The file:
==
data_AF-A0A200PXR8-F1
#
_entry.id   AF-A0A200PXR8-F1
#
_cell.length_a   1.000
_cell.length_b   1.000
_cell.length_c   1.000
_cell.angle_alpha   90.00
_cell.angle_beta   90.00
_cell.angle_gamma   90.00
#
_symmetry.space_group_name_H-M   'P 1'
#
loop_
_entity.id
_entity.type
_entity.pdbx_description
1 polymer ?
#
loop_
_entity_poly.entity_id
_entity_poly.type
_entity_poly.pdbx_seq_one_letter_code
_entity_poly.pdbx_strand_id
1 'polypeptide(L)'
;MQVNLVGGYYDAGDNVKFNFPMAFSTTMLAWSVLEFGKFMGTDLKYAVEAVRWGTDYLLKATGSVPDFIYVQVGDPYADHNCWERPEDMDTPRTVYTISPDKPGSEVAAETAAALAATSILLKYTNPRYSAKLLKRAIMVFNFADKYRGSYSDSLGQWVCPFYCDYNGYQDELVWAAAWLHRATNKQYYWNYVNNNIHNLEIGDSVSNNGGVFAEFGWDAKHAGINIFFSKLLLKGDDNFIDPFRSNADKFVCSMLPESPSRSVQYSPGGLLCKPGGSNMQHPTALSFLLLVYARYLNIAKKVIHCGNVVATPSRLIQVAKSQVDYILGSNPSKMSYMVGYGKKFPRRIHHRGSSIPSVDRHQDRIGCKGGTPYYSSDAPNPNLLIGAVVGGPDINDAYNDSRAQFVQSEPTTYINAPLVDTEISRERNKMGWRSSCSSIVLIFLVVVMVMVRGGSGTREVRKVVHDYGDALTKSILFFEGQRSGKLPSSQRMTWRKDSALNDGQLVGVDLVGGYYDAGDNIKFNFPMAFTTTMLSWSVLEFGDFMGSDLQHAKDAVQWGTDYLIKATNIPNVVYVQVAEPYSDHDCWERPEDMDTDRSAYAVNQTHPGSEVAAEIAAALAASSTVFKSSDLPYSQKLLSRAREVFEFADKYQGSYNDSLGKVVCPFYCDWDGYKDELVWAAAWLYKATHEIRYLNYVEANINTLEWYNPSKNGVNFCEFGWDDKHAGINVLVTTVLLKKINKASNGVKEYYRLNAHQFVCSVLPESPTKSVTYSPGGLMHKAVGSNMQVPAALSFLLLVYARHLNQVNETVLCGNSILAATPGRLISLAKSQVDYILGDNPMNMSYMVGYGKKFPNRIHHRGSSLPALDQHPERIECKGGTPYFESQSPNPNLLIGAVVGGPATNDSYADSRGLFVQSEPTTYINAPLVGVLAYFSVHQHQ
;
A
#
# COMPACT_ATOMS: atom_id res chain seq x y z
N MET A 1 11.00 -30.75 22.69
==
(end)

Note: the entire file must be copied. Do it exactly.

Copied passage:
data_AF-A0A200PXR8-F1
#
_entry.id   AF-A0A200PXR8-F1
#
_cell.length_a   1.000
_cell.length_b   1.000
_cell.length_c   1.000
_cell.angle_alpha   90.00
_cell.angle_beta   90.00
_cell.angle_gamma   90.00
#
_symmetry.space_group_name_H-M   'P 1'
#
loop_
_entity.id
_entity.type
_entity.pdbx_description
1 polymer ?
#
loop_
_entity_poly.entity_id
_entity_poly.type
_entity_poly.pdbx_seq_one_letter_code
_entity_poly.pdbx_strand_id
1 'polypeptide(L)'
;MQVNLVGGYYDAGDNVKFNFPMAFSTTMLAWSVLEFGKFMGTDLKYAVEAVRWGTDYLLKATGSVPDFIYVQVGDPYADHNCWERPEDMDTPRTVYTISPDKPGSEVAAETAAALAATSILLKYTNPRYSAKLLKRAIMVFNFADKYRGSYSDSLGQWVCPFYCDYNGYQDELVWAAAWLHRATNKQYYWNYVNNNIHNLEIGDSVSNNGGVFAEFGWDAKHAGINIFFSKLLLKGDDNFIDPFRSNADKFVCSMLPESPSRSVQYSPGGLLCKPGGSNMQHPTALSFLLLVYARYLNIAKKVIHCGNVVATPSRLIQVAKSQVDYILGSNPSKMSYMVGYGKKFPRRIHHRGSSIPSVDRHQDRIGCKGGTPYYSSDAPNPNLLIGAVVGGPDINDAYNDSRAQFVQSEPTTYINAPLVDTEISRERNKMGWRSSCSSIVLIFLVVVMVMVRGGSGTREVRKVVHDYGDALTKSILFFEGQRSGKLPSSQRMTWRKDSALNDGQLVGVDLVGGYYDAGDNIKFNFPMAFTTTMLSWSVLEFGDFMGSDLQHAKDAVQWGTDYLIKATNIPNVVYVQVAEPYSDHDCWERPEDMDTDRSAYAVNQTHPGSEVAAEIAAALAASSTVFKSSDLPYSQKLLSRAREVFEFADKYQGSYNDSLGKVVCPFYCDWDGYKDELVWAAAWLYKATHEIRYLNYVEANINTLEWYNPSKNGVNFCEFGWDDKHAGINVLVTTVLLKKINKASNGVKEYYRLNAHQFVCSVLPESPTKSVTYSPGGLMHKAVGSNMQVPAALSFLLLVYARHLNQVNETVLCGNSILAATPGRLISLAKSQVDYILGDNPMNMSYMVGYGKKFPNRIHHRGSSLPALDQHPERIECKGGTPYFESQSPNPNLLIGAVVGGPATNDSYADSRGLFVQSEPTTYINAPLVGVLAYFSVHQHQ
;
A
#
# COMPACT_ATOMS: atom_id res chain seq x y z
N MET A 1 11.00 -30.75 22.69